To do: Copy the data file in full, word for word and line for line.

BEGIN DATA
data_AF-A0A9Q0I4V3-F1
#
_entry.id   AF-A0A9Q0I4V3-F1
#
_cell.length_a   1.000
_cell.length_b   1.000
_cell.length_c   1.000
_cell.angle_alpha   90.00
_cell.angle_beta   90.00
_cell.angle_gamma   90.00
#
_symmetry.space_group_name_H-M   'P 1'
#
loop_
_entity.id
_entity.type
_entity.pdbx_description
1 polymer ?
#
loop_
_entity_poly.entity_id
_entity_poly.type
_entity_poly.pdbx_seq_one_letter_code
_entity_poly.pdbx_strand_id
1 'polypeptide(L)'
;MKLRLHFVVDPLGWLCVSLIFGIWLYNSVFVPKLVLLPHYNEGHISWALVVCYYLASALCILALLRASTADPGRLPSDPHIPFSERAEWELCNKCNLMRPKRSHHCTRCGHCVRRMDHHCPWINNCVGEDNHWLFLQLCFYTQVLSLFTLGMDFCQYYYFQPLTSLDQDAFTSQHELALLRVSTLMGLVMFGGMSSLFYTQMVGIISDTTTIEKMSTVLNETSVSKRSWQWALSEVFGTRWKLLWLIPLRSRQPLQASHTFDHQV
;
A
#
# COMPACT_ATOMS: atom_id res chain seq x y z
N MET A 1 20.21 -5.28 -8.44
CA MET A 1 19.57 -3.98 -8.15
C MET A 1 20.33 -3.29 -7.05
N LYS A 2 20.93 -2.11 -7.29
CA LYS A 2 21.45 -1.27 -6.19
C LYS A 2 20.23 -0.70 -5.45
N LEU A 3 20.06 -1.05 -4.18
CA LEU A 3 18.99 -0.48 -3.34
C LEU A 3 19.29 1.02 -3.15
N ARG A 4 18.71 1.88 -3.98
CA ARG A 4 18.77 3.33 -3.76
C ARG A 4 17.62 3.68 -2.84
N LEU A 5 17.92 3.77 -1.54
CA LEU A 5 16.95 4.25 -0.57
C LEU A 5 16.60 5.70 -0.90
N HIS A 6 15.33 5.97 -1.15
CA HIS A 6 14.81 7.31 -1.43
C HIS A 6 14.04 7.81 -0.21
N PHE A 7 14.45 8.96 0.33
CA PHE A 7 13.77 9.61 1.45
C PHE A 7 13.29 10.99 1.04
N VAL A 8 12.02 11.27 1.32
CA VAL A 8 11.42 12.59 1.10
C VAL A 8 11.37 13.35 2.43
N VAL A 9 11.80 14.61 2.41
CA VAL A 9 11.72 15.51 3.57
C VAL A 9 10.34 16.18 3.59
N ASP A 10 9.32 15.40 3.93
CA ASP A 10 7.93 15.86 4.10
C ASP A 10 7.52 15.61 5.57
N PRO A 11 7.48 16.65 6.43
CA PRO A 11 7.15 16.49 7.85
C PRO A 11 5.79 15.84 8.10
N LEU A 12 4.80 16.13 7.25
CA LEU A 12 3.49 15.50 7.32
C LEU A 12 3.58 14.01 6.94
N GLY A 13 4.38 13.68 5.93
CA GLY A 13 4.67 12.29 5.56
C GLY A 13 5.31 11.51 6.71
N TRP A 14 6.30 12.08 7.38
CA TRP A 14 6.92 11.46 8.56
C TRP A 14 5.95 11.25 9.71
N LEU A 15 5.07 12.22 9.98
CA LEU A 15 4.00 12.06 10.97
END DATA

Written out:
data_AF-A0A9Q0I4V3-F1
#
_entry.id   AF-A0A9Q0I4V3-F1
#
_cell.length_a   1.000
_cell.length_b   1.000
_cell.length_c   1.000
_cell.angle_alpha   90.00
_cell.angle_beta   90.00
_cell.angle_gamma   90.00
#
_symmetry.space_group_name_H-M   'P 1'
#
loop_
_entity.id
_entity.type
_entity.pdbx_description
1 polymer ?
#
loop_
_entity_poly.entity_id
_entity_poly.type
_entity_poly.pdbx_seq_one_letter_code
_entity_poly.pdbx_strand_id
1 'polypeptide(L)'
;MKLRLHFVVDPLGWLCVSLIFGIWLYNSVFVPKLVLLPHYNEGHISWALVVCYYLASALCILALLRASTADPGRLPSDPHIPFSERAEWELCNKCNLMRPKRSHHCTRCGHCVRRMDHHCPWINNCVGEDNHWLFLQLCFYTQVLSLFTLGMDFCQYYYFQPLTSLDQDAFTSQHELALLRVSTLMGLVMFGGMSSLFYTQMVGIISDTTTIEKMSTVLNETSVSKRSWQWALSEVFGTRWKLLWLIPLRSRQPLQASHTFDHQV
;
A
#
# COMPACT_ATOMS: atom_id res chain seq x y z
N MET A 1 20.21 -5.28 -8.44
CA MET A 1 19.57 -3.98 -8.15
C MET A 1 20.33 -3.29 -7.05
N LYS A 2 20.93 -2.11 -7.29
CA LYS A 2 21.45 -1.27 -6.19
C LYS A 2 20.23 -0.70 -5.45
N LEU A 3 20.06 -1.05 -4.18
CA LEU A 3 18.99 -0.48 -3.34
C LEU A 3 19.29 1.02 -3.15
N ARG A 4 18.71 1.88 -3.98
CA ARG A 4 18.77 3.33 -3.76
C ARG A 4 17.62 3.68 -2.84
N LEU A 5 17.92 3.77 -1.54
CA LEU A 5 16.95 4.25 -0.57
C LEU A 5 16.60 5.70 -0.90
N HIS A 6 15.33 5.97 -1.15
CA HIS A 6 14.81 7.31 -1.43
C HIS A 6 14.04 7.81 -0.21
N PHE A 7 14.45 8.96 0.33
CA PHE A 7 13.77 9.61 1.45
C PHE A 7 13.29 10.99 1.04
N VAL A 8 12.02 11.27 1.32
CA VAL A 8 11.42 12.59 1.10
C VAL A 8 11.37 13.35 2.43
N VAL A 9 11.80 14.61 2.41
CA VAL A 9 11.72 15.51 3.57
C VAL A 9 10.34 16.18 3.59
N ASP A 10 9.32 15.40 3.93
CA ASP A 10 7.93 15.86 4.10
C ASP A 10 7.52 15.61 5.57
N PRO A 11 7.48 16.65 6.43
CA PRO A 11 7.15 16.49 7.85
C PRO A 11 5.79 15.84 8.10
N LEU A 12 4.80 16.13 7.25
CA LEU A 12 3.49 15.50 7.32
C LEU A 12 3.58 14.01 6.94
N GLY A 13 4.38 13.68 5.93
CA GLY A 13 4.67 12.29 5.56
C GLY A 13 5.31 11.51 6.71
N TRP A 14 6.30 12.08 7.38
CA TRP A 14 6.92 11.46 8.56
C TRP A 14 5.95 11.25 9.71
N LEU A 15 5.07 12.22 9.98
CA LEU A 15 4.00 12.06 10.97